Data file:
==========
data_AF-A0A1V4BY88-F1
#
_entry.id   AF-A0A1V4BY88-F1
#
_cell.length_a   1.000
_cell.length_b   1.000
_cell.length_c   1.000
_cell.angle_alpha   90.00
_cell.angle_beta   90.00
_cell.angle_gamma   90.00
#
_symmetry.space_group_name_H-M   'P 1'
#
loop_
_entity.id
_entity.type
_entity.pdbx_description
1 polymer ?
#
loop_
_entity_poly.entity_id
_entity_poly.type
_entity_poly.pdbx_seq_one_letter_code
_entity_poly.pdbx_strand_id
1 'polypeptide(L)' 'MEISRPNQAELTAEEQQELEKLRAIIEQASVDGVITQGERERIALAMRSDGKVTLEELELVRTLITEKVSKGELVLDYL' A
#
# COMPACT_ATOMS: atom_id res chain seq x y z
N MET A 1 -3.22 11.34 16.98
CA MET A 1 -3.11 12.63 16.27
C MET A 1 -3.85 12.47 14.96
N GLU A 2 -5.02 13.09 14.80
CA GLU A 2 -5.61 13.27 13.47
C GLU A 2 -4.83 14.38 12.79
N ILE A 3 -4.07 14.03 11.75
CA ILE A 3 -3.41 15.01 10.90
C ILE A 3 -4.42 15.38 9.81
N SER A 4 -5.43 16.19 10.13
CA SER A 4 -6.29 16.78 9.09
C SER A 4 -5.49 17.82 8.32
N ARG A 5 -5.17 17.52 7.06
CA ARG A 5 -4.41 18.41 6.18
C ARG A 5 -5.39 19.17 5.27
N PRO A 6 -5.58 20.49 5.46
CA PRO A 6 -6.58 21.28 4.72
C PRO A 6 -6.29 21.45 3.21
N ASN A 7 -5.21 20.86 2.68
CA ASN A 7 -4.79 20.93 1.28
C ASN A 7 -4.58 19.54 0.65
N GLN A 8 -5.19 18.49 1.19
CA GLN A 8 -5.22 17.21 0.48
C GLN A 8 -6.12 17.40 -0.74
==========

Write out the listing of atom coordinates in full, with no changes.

data_AF-A0A1V4BY88-F1
#
_entry.id   AF-A0A1V4BY88-F1
#
_cell.length_a   1.000
_cell.length_b   1.000
_cell.length_c   1.000
_cell.angle_alpha   90.00
_cell.angle_beta   90.00
_cell.angle_gamma   90.00
#
_symmetry.space_group_name_H-M   'P 1'
#
loop_
_entity.id
_entity.type
_entity.pdbx_description
1 polymer ?
#
loop_
_entity_poly.entity_id
_entity_poly.type
_entity_poly.pdbx_seq_one_letter_code
_entity_poly.pdbx_strand_id
1 'polypeptide(L)' 'MEISRPNQAELTAEEQQELEKLRAIIEQASVDGVITQGERERIALAMRSDGKVTLEELELVRTLITEKVSKGELVLDYL' A
#
# COMPACT_ATOMS: atom_id res chain seq x y z
N MET A 1 -3.22 11.34 16.98
CA MET A 1 -3.11 12.63 16.27
C MET A 1 -3.85 12.47 14.96
N GLU A 2 -5.02 13.09 14.80
CA GLU A 2 -5.61 13.27 13.47
C GLU A 2 -4.83 14.38 12.79
N ILE A 3 -4.07 14.03 11.75
CA ILE A 3 -3.41 15.01 10.90
C ILE A 3 -4.42 15.38 9.81
N SER A 4 -5.43 16.19 10.13
CA SER A 4 -6.29 16.78 9.09
C SER A 4 -5.49 17.82 8.32
N ARG A 5 -5.17 17.52 7.06
CA ARG A 5 -4.41 18.41 6.18
C ARG A 5 -5.39 19.17 5.27
N PRO A 6 -5.58 20.49 5.46
CA PRO A 6 -6.58 21.28 4.72
C PRO A 6 -6.29 21.45 3.21
N ASN A 7 -5.21 20.86 2.68
CA ASN A 7 -4.79 20.93 1.28
C ASN A 7 -4.58 19.54 0.65
N GLN A 8 -5.19 18.49 1.19
CA GLN A 8 -5.22 17.21 0.48
C GLN A 8 -6.12 17.40 -0.74